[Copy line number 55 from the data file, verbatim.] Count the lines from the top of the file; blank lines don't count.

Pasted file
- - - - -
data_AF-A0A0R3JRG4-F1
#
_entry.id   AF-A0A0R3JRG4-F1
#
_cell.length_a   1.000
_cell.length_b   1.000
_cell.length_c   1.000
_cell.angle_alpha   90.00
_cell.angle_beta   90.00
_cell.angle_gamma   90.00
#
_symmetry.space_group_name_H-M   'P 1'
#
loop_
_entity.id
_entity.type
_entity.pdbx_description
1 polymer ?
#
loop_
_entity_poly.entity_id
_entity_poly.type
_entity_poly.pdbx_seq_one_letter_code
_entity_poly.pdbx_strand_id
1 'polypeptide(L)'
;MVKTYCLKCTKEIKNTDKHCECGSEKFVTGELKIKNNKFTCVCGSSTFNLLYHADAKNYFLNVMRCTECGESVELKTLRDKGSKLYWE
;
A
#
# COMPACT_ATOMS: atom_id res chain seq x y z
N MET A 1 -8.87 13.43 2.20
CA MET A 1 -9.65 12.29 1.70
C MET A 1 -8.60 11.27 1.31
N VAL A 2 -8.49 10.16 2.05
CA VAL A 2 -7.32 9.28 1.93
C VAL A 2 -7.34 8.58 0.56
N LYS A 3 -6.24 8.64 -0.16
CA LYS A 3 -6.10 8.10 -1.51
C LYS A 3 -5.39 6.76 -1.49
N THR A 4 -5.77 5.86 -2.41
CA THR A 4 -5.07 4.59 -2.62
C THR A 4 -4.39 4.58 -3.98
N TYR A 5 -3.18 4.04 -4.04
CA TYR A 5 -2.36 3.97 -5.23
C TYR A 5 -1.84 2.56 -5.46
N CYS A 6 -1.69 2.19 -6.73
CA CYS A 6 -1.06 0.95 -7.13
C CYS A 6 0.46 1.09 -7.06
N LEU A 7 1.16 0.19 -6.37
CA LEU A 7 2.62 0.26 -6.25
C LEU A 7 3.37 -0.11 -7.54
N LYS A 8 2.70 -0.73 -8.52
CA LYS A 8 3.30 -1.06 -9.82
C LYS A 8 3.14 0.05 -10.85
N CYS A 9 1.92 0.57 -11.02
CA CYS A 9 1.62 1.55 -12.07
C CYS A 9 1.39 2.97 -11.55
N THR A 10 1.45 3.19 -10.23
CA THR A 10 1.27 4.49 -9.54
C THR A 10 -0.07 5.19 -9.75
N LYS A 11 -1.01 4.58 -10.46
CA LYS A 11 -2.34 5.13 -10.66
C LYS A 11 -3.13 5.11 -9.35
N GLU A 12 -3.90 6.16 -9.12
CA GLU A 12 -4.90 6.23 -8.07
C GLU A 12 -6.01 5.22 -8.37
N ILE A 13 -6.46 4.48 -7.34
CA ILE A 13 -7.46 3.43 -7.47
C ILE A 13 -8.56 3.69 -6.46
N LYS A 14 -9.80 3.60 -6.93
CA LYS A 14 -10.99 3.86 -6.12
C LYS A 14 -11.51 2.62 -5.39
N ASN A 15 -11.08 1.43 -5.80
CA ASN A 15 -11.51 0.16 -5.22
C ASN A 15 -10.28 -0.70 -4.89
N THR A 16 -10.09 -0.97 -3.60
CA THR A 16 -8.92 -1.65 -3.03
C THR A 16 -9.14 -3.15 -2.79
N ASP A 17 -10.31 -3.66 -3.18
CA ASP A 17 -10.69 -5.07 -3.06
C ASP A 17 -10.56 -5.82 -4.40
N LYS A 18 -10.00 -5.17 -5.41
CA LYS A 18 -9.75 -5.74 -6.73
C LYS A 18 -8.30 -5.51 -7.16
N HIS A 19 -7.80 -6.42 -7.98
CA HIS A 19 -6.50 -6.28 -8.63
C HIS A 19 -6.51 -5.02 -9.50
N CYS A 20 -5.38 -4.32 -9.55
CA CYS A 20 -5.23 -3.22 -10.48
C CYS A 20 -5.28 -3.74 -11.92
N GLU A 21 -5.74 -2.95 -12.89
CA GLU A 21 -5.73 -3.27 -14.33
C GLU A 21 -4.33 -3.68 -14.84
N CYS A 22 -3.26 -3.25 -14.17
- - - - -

N CYS A 9 1.92 0.57 -11.02